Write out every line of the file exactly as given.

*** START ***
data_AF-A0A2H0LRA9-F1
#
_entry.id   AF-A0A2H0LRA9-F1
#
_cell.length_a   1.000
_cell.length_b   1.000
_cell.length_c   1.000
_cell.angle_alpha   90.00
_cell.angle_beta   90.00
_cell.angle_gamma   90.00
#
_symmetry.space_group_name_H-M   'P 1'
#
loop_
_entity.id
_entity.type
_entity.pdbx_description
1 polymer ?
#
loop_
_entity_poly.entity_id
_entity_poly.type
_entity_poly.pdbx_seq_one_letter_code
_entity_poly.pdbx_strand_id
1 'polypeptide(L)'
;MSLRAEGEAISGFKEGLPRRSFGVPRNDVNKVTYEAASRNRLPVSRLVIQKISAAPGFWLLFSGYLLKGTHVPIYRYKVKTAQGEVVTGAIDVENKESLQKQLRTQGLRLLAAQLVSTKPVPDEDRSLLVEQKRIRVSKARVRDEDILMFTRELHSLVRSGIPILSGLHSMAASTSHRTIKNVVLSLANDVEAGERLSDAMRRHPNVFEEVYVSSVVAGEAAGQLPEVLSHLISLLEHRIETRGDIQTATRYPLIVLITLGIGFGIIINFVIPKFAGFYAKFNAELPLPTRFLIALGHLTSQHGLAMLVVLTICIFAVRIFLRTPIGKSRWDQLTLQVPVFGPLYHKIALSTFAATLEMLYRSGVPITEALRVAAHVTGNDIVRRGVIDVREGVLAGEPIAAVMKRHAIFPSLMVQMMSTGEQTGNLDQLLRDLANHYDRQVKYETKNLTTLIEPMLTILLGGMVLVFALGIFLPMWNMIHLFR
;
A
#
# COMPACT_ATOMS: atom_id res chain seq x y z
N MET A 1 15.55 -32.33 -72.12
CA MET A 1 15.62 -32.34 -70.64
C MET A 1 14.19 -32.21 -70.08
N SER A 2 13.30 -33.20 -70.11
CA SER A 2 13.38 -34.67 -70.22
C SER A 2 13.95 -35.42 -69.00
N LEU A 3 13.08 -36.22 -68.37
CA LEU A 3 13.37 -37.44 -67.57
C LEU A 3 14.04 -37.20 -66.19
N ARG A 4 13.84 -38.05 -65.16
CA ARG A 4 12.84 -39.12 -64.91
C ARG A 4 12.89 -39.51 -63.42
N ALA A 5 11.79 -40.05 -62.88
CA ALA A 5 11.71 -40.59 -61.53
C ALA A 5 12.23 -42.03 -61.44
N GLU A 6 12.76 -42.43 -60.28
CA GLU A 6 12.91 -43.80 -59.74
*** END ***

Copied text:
data_AF-A0A2H0LRA9-F1
#
_entry.id   AF-A0A2H0LRA9-F1
#
_cell.length_a   1.000
_cell.length_b   1.000
_cell.length_c   1.000
_cell.angle_alpha   90.00
_cell.angle_beta   90.00
_cell.angle_gamma   90.00
#
_symmetry.space_group_name_H-M   'P 1'
#
loop_
_entity.id
_entity.type
_entity.pdbx_description
1 polymer ?
#
loop_
_entity_poly.entity_id
_entity_poly.type
_entity_poly.pdbx_seq_one_letter_code
_entity_poly.pdbx_strand_id
1 'polypeptide(L)'
;MSLRAEGEAISGFKEGLPRRSFGVPRNDVNKVTYEAASRNRLPVSRLVIQKISAAPGFWLLFSGYLLKGTHVPIYRYKVKTAQGEVVTGAIDVENKESLQKQLRTQGLRLLAAQLVSTKPVPDEDRSLLVEQKRIRVSKARVRDEDILMFTRELHSLVRSGIPILSGLHSMAASTSHRTIKNVVLSLANDVEAGERLSDAMRRHPNVFEEVYVSSVVAGEAAGQLPEVLSHLISLLEHRIETRGDIQTATRYPLIVLITLGIGFGIIINFVIPKFAGFYAKFNAELPLPTRFLIALGHLTSQHGLAMLVVLTICIFAVRIFLRTPIGKSRWDQLTLQVPVFGPLYHKIALSTFAATLEMLYRSGVPITEALRVAAHVTGNDIVRRGVIDVREGVLAGEPIAAVMKRHAIFPSLMVQMMSTGEQTGNLDQLLRDLANHYDRQVKYETKNLTTLIEPMLTILLGGMVLVFALGIFLPMWNMIHLFR
;
A
#
# COMPACT_ATOMS: atom_id res chain seq x y z
N MET A 1 15.55 -32.33 -72.12
CA MET A 1 15.62 -32.34 -70.64
C MET A 1 14.19 -32.21 -70.08
N SER A 2 13.30 -33.20 -70.11
CA SER A 2 13.38 -34.67 -70.22
C SER A 2 13.95 -35.42 -69.00
N LEU A 3 13.08 -36.22 -68.37
CA LEU A 3 13.37 -37.44 -67.57
C LEU A 3 14.04 -37.20 -66.19
N ARG A 4 13.84 -38.05 -65.16
CA ARG A 4 12.84 -39.12 -64.91
C ARG A 4 12.89 -39.51 -63.42
N ALA A 5 11.79 -40.05 -62.88
CA ALA A 5 11.71 -40.59 -61.53
C ALA A 5 12.23 -42.03 -61.44
N GLU A 6 12.76 -42.43 -60.28
CA GLU A 6 12.91 -43.80 -59.74